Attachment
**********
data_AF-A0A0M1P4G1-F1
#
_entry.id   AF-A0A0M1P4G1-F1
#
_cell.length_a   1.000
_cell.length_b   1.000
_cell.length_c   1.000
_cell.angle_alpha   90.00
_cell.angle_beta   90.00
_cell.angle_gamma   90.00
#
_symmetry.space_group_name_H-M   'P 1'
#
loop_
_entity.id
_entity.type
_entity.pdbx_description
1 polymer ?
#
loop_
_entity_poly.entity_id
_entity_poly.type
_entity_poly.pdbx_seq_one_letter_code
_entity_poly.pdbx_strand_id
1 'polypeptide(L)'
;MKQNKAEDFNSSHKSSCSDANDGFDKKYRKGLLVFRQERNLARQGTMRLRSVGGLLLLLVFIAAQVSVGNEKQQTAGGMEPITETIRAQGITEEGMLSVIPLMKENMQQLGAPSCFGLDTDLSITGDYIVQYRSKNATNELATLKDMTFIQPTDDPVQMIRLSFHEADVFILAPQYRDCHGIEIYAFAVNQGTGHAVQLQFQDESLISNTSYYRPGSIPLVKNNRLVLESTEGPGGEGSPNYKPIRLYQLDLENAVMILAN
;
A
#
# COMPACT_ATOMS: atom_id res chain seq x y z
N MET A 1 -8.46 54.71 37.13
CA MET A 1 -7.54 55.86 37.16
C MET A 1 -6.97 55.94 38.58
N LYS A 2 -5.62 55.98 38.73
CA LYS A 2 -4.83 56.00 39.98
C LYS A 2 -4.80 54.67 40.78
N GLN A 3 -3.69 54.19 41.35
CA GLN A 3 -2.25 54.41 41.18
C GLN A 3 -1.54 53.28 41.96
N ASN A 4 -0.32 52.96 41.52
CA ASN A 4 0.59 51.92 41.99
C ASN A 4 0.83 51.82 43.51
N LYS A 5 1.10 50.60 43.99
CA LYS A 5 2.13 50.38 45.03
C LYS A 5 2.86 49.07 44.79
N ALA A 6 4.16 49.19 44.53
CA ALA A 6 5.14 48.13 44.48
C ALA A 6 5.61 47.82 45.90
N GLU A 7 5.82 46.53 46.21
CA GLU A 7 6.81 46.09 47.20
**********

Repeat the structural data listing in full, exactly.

data_AF-A0A0M1P4G1-F1
#
_entry.id   AF-A0A0M1P4G1-F1
#
_cell.length_a   1.000
_cell.length_b   1.000
_cell.length_c   1.000
_cell.angle_alpha   90.00
_cell.angle_beta   90.00
_cell.angle_gamma   90.00
#
_symmetry.space_group_name_H-M   'P 1'
#
loop_
_entity.id
_entity.type
_entity.pdbx_description
1 polymer ?
#
loop_
_entity_poly.entity_id
_entity_poly.type
_entity_poly.pdbx_seq_one_letter_code
_entity_poly.pdbx_strand_id
1 'polypeptide(L)'
;MKQNKAEDFNSSHKSSCSDANDGFDKKYRKGLLVFRQERNLARQGTMRLRSVGGLLLLLVFIAAQVSVGNEKQQTAGGMEPITETIRAQGITEEGMLSVIPLMKENMQQLGAPSCFGLDTDLSITGDYIVQYRSKNATNELATLKDMTFIQPTDDPVQMIRLSFHEADVFILAPQYRDCHGIEIYAFAVNQGTGHAVQLQFQDESLISNTSYYRPGSIPLVKNNRLVLESTEGPGGEGSPNYKPIRLYQLDLENAVMILAN
;
A
#
# COMPACT_ATOMS: atom_id res chain seq x y z
N MET A 1 -8.46 54.71 37.13
CA MET A 1 -7.54 55.86 37.16
C MET A 1 -6.97 55.94 38.58
N LYS A 2 -5.62 55.98 38.73
CA LYS A 2 -4.83 56.00 39.98
C LYS A 2 -4.80 54.67 40.78
N GLN A 3 -3.69 54.19 41.35
CA GLN A 3 -2.25 54.41 41.18
C GLN A 3 -1.54 53.28 41.96
N ASN A 4 -0.32 52.96 41.52
CA ASN A 4 0.59 51.92 41.99
C ASN A 4 0.83 51.82 43.51
N LYS A 5 1.10 50.60 43.99
CA LYS A 5 2.13 50.38 45.03
C LYS A 5 2.86 49.07 44.79
N ALA A 6 4.16 49.19 44.53
CA ALA A 6 5.14 48.13 44.48
C ALA A 6 5.61 47.82 45.90
N GLU A 7 5.82 46.53 46.21
CA GLU A 7 6.81 46.09 47.20